THIS is the time of year we'd normally start preparing for a summer holiday abroad: getting a new bikini, digging out sunglasses and buying our annual bottle of sunscreen.
Unless you're a skincare junkie who applies SPF every day the fact you might be swapping your holiday for a staycation this year could mean you forget about sunscreen.
Skin still needs protection - even in Ireland - so here's what you need to know if you're spending more time at home this summer.
In a word: yes. No matter where you live or what the season is, the best thing you can do for your skin is to wear sunscreen every day. Unfortunately, this is something very few of us actually do - and it's even more likely to fall by the wayside if you're sunbathing in your backyard, instead of an exotic beach.
Here's Dr Howard Murad, dermatologist and founder of Murad Skincare, with a timely reminder: "No matter where you are, UV rays are present all year round, even on cold, cloudy days. UVA rays are the most damaging and account for 95% of UV that reaches earth. They are the same strength year-round and can penetrate your skin through windows, even on cloudy days - so if you're sitting by a window indoors, you should still apply your SPF. They contribute to premature ageing, collagen degradation and even skin cancer. When you go outside, it takes just 10 minutes for UV rays to kickstart the breakdown of collagen in your skin."
So, even if the sun isn't blazing and you're not wearing a bikini on the beach, it's still a good idea to wear sunscreen.
We all know UV rays can damage our skin and lead to cancer, but not everyone's so clear on the difference between UVA and UVB.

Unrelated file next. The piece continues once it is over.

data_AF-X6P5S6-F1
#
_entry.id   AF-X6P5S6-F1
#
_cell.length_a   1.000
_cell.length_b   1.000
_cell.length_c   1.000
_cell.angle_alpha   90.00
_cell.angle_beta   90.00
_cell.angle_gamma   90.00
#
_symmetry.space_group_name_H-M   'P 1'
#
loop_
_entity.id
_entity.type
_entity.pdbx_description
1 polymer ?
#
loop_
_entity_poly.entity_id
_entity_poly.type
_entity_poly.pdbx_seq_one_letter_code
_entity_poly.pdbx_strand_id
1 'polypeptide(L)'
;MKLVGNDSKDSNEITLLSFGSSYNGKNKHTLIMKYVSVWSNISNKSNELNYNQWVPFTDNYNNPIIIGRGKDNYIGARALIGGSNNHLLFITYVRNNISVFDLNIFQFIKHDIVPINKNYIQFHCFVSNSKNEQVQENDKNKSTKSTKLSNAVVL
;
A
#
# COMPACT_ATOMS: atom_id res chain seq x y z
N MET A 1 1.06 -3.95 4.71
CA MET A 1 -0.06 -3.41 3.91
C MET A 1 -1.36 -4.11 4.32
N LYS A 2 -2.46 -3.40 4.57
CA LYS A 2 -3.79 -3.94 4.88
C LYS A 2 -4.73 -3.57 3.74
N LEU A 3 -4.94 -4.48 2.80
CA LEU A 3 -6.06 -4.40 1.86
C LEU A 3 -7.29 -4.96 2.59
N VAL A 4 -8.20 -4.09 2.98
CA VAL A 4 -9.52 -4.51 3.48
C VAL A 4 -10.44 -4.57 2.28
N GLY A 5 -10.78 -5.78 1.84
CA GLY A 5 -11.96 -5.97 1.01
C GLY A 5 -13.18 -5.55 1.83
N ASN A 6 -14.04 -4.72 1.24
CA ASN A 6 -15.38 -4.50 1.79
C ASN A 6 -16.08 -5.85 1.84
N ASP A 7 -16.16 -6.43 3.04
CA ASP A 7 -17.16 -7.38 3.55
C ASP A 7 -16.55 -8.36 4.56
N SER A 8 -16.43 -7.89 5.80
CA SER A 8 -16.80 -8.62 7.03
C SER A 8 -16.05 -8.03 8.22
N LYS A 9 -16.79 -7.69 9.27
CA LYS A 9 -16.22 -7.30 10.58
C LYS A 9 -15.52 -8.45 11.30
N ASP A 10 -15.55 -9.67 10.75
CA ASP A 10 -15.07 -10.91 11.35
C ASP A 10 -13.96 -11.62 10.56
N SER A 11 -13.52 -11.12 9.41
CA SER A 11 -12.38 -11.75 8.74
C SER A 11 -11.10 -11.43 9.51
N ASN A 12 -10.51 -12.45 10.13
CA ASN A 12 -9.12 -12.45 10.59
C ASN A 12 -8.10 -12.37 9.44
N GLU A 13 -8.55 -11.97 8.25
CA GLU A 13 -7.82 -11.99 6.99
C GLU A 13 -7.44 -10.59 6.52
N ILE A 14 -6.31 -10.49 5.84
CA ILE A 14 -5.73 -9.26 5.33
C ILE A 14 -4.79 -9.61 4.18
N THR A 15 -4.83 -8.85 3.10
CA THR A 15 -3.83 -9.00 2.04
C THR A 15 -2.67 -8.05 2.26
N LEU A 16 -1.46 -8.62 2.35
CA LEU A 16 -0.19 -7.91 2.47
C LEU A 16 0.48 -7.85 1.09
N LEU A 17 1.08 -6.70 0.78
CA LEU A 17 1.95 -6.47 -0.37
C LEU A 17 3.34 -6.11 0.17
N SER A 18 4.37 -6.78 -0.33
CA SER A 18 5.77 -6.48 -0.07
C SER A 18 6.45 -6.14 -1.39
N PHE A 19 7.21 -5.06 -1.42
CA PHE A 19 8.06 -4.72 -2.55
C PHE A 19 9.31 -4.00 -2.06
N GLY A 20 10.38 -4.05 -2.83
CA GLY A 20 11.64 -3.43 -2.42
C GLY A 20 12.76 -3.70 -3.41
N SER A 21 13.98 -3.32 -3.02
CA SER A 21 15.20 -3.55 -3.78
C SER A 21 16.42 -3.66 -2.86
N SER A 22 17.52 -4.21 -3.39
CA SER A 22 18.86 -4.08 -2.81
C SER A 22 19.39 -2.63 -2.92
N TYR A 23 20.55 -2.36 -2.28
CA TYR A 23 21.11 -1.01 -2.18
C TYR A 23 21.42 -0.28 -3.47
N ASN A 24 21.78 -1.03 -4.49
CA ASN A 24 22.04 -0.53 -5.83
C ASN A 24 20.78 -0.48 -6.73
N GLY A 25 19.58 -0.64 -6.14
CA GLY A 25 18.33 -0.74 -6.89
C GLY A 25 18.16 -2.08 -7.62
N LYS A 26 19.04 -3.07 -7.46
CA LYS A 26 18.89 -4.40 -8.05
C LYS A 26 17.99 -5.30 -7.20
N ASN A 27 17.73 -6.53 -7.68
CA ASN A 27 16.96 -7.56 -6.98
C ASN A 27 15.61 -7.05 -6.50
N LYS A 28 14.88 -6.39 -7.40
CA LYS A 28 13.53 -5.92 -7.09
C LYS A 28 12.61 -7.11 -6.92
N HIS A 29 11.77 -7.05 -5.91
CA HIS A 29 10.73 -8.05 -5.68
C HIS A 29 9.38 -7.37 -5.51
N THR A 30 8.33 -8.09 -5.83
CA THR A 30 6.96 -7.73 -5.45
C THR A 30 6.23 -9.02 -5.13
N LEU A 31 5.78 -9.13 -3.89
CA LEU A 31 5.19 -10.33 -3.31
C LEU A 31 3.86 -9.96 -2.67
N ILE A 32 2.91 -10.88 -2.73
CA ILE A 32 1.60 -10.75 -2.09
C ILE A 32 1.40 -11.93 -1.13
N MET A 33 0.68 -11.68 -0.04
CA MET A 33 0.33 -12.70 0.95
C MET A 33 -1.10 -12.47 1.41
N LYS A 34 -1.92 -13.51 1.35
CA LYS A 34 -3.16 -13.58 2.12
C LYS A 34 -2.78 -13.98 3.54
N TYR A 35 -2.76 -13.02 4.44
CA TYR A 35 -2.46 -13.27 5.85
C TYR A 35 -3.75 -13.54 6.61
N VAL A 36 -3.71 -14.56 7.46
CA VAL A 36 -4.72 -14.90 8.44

dermatology specialist Dr Mieran Sethi puts it simply: "UVA causes ageing and UVB causes burning." This is the crucial part: "SPF sunscreen filters UVB, so it is important to select a sunscreen that has both SPF and UVA filters."
If your perfect staycation involves sitting on the sofa and watching a box set, you'll still need to wear a product with UVA coverage. "UVA passes through windows, so damage to skin can occur if you're sitting indoors next to a window, or when sitting in a car. UVB does not pass through windows," Sethi explains.
Murad agrees with this analysis, saying: "UVA rays are the most damaging. They penetrate deeply into the dermis layer of the skin, and can even penetrate through clouds and windows."
When buying sunscreen, make sure you're getting something which has both UVA and B protection. "Sunscreen advertised as SPF 50 only filters UVB radiation," says Sethi. "For a sunscreen to filter UVA radiation, it must also have the UVA filter symbol (UVA in a circle or UVA in a circle with star rating)."
On holiday, we're used to constantly reapplying sunblock, which might have come off from sweating or swimming. At home, it's a good idea to put sunscreen on after you've washed and moisturised your face in the morning, but whether you need to reapply throughout the day depends on your lifestyle.
Sethi says you should reapply "if you go outside to exercise, or if you are repeatedly touching your face. In general, reapplication is more important if you are outside, as it can be removed by effects of ultraviolet radiation exposure and atmosphere".
One of the biggest mistakes Sethi sees people making with sunscreen is not putting enough on, usually due to consistency of the product and the undesired cosmetic effect of a white residue. To make sure you're wearing enough, she adds: "I usually recommend people apply sunscreen twice on all exposed sites."
Murad has a visual way of working out how much product to use. "For each sunscreen application, apply one ounce of sunscreen (equal to a shot glass) to the entire body and face, and continuously reapply when out in the sun for long periods of time," he says. If you do have some time off and are spending it in your garden, be as diligent with your sunblock as you would be abroad. Not only will it protect your skin, but it will also make you feel like you're actually on holiday.